Abstract: Summary Background Since December, 2019, Wuhan, China, has experienced an outbreak of coronavirus disease 2019 (COVID-19), caused by the severe acute respiratory syndrome coronavirus 2 (SARS-CoV-2). Epidemiological and clinical characteristics of patients with COVID-19 have been reported but risk factors for mortality and a detailed clinical course of illness, including viral shedding, have not been well described. Methods In this retrospective, multicentre cohort study, we included all adult inpatients (≥18 years old) with laboratory-confirmed COVID-19 from Jinyintan Hospital and Wuhan Pulmonary Hospital (Wuhan, China) who had been discharged or had died by Jan 31, 2020. Demographic, clinical, treatment, and laboratory data, including serial samples for viral RNA detection, were extracted from electronic medical records and compared between survivors and non-survivors. We used univariable and multivariable logistic regression methods to explore the risk factors associated with in-hospital death. Findings 191 patients (135 from Jinyintan Hospital and 56 from Wuhan Pulmonary Hospital) were included in this study, of whom 137 were discharged and 54 died in hospital. 91 (48%) patients had a comorbidity, with hypertension being the most common (58 [30%] patients), followed by diabetes (36 [19%] patients) and coronary heart disease (15 [8%] patients). Multivariable regression showed increasing odds of in-hospital death associated with older age (odds ratio 1·10, 95% CI 1·03–1·17, per year increase; p=0·0043), higher Sequential Organ Failure Assessment (SOFA) score (5·65, 2·61–12·23; p Interpretation The potential risk factors of older age, high SOFA score, and d-dimer greater than 1 μg/mL could help clinicians to identify patients with poor prognosis at an early stage. Prolonged viral shedding provides the rationale for a strategy of isolation of infected patients and optimal antiviral interventions in the future. Funding Chinese Academy of Medical Sciences Innovation Fund for Medical Sciences; National Science Grant for Distinguished Young Scholars; National Key Research and Development Program of China; The Beijing Science and Technology Project; and Major Projects of National Science and Technology on New Drug Creation and Development.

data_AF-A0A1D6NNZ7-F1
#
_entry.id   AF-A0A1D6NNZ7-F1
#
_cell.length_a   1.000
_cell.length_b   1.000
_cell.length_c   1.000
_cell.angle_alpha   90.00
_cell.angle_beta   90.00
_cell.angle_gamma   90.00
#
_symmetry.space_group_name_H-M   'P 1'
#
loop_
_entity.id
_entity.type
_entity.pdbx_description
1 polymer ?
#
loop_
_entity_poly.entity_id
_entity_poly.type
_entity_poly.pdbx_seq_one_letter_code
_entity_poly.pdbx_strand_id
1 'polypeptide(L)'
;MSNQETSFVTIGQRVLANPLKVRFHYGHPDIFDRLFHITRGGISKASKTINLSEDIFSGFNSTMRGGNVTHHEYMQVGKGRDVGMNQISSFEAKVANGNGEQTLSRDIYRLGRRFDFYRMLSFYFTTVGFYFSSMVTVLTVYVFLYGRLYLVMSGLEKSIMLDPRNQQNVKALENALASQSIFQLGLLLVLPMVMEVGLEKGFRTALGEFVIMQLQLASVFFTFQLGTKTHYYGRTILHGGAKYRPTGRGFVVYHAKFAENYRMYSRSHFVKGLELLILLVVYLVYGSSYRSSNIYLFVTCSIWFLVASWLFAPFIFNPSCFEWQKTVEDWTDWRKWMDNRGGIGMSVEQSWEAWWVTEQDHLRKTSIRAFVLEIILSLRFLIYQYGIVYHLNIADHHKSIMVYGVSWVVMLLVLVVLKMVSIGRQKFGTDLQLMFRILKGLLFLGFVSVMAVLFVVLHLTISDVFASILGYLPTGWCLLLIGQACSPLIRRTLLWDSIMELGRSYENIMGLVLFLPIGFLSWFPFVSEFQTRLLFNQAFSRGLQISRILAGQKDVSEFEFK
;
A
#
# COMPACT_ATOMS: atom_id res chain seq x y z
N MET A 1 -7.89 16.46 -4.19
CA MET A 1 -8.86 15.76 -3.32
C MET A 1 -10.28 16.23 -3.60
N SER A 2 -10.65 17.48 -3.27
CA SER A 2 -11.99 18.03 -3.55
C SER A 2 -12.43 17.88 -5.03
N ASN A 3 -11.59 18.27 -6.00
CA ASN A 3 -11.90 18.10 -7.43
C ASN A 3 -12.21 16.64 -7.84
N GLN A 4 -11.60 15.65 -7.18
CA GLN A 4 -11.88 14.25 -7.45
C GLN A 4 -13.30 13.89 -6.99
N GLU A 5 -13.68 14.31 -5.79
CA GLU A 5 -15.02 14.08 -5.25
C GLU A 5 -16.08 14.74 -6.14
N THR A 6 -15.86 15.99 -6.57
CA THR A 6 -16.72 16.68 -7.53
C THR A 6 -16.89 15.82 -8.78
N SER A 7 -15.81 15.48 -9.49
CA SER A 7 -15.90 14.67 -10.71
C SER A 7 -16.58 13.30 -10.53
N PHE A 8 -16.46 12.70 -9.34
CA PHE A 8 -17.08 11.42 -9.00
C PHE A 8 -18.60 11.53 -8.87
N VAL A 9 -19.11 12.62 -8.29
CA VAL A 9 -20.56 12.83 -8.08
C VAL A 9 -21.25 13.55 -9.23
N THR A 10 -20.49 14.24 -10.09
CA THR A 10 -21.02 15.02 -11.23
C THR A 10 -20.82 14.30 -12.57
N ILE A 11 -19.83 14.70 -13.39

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Topics: Cohort study (56%), Retrospective cohort study (56%), Odds ratio (53%) ... show more

15,279 Citations


Open accessJournal ArticleDOI: 10.1016/S0140-6736(20)30628-0
Puja Mehta1, Daniel F. McAuley2, Michael Brown3, Emilie Sanchez3  +3 moreInstitutions (5)
28 Mar 2020-The Lancet
Abstract: www.thelancet.com Published online March 13, 2020 https://doi.org/10.1016/S0140-6736(20)30628-0 1 Submissions should be made via our electronic submission system at http://ees.elsevier.com/ thelancet/ However, in hyperinflammation, immunosuppression is likely to be beneficial. Re-analysis of data from a phase 3 randomised controlled trial of IL-1 blockade (anakinra) in sepsis, showed significant survival benefit in patients with hyperinflammation, without increased adverse events. A multicentre, randomised con trolled trial of tocilizumab (IL-6 receptor blockade, licensed for cytokine release syndrome), has been approved in patients with COVID-19: consider cytokine storm syndromes and immunosuppression

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5,489 Citations


Open accessJournal ArticleDOI: 10.1056/NEJMOA2021436